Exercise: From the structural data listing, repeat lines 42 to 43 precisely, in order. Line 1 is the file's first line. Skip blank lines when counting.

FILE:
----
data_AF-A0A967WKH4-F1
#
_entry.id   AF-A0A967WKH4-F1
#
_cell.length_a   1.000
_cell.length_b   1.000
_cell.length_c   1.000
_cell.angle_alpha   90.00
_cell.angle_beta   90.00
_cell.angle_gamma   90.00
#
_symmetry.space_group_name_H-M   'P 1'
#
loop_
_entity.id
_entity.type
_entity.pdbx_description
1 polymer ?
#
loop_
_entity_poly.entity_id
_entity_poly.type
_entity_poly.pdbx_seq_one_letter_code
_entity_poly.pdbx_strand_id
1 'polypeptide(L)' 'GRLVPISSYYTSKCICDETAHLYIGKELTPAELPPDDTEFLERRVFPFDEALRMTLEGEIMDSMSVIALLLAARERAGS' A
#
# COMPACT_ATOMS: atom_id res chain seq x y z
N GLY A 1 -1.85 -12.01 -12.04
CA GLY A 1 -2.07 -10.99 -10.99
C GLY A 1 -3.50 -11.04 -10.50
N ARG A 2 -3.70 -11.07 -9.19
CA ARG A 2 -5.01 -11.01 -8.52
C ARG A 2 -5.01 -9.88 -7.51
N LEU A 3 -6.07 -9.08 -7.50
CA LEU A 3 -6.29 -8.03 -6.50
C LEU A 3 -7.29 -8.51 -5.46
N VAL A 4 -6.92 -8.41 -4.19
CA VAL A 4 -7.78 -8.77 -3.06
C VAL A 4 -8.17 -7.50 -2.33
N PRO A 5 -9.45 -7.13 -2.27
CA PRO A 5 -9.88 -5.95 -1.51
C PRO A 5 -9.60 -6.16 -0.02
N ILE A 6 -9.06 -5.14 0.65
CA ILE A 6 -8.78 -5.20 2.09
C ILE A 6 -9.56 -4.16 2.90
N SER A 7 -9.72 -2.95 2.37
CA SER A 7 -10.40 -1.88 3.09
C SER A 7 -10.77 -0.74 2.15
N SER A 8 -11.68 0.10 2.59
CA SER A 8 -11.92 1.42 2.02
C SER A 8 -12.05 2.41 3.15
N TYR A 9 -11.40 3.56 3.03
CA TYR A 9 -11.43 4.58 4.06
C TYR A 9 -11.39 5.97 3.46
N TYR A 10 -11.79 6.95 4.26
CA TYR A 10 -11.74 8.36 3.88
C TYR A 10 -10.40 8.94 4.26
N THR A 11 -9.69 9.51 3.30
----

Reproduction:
C PRO A 5 -9.60 -6.16 -0.02
N ILE A 6 -9.06 -5.14 0.65